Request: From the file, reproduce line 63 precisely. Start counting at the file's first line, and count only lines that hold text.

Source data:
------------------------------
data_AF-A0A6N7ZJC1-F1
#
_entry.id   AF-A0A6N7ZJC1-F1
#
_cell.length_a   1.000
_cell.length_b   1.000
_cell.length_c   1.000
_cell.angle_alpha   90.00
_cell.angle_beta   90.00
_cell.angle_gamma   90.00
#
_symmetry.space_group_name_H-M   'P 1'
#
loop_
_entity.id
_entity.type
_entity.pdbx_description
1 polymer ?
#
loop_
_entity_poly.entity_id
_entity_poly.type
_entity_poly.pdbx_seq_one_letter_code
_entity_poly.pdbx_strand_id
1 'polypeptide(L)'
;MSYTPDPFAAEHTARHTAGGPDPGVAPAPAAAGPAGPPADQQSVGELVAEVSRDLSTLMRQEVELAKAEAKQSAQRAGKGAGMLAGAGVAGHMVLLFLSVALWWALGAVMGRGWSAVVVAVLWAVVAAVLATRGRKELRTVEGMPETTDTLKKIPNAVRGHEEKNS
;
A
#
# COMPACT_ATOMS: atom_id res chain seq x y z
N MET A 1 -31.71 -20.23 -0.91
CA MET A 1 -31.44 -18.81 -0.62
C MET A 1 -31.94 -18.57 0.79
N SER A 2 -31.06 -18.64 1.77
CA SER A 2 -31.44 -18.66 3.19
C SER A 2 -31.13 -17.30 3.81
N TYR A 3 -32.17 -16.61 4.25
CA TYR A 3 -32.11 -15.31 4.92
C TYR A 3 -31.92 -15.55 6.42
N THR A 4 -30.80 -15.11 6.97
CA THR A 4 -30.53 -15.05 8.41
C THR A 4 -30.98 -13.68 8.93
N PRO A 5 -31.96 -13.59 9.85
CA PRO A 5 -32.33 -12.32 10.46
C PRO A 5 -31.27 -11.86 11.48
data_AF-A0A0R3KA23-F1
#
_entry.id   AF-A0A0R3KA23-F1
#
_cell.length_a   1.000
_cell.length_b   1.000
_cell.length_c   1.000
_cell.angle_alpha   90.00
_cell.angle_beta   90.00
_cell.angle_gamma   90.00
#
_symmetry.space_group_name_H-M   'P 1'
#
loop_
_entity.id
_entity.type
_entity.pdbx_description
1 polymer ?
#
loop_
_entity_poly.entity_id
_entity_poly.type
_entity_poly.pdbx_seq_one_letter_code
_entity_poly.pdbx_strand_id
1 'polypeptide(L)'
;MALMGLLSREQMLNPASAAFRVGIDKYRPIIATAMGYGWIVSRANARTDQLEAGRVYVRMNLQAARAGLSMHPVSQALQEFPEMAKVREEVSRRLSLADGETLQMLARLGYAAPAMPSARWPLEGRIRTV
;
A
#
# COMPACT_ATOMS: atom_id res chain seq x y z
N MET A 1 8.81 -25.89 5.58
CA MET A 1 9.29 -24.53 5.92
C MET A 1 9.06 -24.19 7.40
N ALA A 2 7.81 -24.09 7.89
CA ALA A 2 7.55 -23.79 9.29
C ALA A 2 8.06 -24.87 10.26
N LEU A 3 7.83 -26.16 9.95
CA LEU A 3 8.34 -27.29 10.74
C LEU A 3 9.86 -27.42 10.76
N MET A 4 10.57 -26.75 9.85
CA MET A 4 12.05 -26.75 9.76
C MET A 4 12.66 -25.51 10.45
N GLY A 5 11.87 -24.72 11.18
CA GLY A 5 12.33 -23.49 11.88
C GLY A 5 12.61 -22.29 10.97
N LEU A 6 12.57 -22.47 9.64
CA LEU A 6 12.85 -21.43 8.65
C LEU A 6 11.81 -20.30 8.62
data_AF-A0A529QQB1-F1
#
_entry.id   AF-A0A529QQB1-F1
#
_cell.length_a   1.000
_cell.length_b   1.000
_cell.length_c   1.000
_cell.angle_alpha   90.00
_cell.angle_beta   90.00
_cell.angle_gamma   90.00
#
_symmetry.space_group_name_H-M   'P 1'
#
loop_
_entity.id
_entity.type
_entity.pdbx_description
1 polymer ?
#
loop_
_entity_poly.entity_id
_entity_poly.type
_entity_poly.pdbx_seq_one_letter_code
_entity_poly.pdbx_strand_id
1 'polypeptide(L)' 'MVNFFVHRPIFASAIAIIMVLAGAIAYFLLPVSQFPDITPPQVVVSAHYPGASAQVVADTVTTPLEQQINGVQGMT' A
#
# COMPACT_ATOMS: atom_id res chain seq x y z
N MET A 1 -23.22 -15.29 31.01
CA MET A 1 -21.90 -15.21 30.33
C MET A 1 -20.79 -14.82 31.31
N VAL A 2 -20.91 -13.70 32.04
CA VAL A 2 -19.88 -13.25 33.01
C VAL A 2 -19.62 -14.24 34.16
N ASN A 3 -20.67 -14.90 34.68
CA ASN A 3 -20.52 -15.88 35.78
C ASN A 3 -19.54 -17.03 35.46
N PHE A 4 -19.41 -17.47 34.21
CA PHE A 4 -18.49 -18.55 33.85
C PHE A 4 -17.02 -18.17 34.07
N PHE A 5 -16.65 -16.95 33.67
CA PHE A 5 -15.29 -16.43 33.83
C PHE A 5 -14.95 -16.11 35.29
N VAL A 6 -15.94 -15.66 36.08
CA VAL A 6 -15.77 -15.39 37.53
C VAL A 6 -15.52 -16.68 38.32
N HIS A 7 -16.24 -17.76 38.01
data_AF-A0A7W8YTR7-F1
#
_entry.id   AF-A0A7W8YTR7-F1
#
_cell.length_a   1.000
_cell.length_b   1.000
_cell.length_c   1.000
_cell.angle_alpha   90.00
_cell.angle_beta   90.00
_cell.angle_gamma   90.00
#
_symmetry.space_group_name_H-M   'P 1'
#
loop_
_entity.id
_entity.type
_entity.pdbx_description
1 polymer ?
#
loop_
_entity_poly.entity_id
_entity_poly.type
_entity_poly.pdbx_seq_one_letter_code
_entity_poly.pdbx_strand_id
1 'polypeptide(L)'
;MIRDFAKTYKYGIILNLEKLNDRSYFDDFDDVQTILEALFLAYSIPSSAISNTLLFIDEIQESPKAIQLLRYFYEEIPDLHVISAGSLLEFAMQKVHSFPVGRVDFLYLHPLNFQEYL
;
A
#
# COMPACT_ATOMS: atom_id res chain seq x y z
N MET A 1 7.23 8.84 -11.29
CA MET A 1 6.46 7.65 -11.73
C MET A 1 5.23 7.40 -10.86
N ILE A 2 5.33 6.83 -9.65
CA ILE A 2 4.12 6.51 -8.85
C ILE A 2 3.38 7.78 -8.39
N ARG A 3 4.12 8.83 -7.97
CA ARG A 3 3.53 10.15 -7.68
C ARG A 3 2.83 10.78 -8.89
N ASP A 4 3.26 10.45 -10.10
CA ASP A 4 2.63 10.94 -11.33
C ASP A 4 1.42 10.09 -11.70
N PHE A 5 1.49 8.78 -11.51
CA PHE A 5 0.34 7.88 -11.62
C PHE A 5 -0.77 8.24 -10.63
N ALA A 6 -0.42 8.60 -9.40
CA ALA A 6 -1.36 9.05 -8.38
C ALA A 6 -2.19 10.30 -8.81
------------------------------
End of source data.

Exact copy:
1 polymer ?